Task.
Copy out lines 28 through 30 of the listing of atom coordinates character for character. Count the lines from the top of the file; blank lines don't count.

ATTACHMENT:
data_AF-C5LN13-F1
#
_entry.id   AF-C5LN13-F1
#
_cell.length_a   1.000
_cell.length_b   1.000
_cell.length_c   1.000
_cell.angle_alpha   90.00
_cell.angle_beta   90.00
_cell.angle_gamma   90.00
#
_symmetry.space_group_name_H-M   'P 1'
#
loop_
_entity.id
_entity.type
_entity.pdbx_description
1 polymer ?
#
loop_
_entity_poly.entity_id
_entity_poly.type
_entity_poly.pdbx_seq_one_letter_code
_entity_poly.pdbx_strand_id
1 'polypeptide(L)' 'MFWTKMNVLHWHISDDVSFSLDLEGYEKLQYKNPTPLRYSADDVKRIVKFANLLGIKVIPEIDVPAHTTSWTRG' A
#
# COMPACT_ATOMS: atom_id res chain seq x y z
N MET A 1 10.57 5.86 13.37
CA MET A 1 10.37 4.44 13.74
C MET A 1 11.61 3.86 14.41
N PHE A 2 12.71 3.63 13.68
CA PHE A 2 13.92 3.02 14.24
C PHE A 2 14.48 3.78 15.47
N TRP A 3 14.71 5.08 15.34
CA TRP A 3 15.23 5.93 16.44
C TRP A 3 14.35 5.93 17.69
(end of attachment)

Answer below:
N MET A 1 10.57 5.86 13.37
CA MET A 1 10.37 4.44 13.74
C MET A 1 11.61 3.86 14.41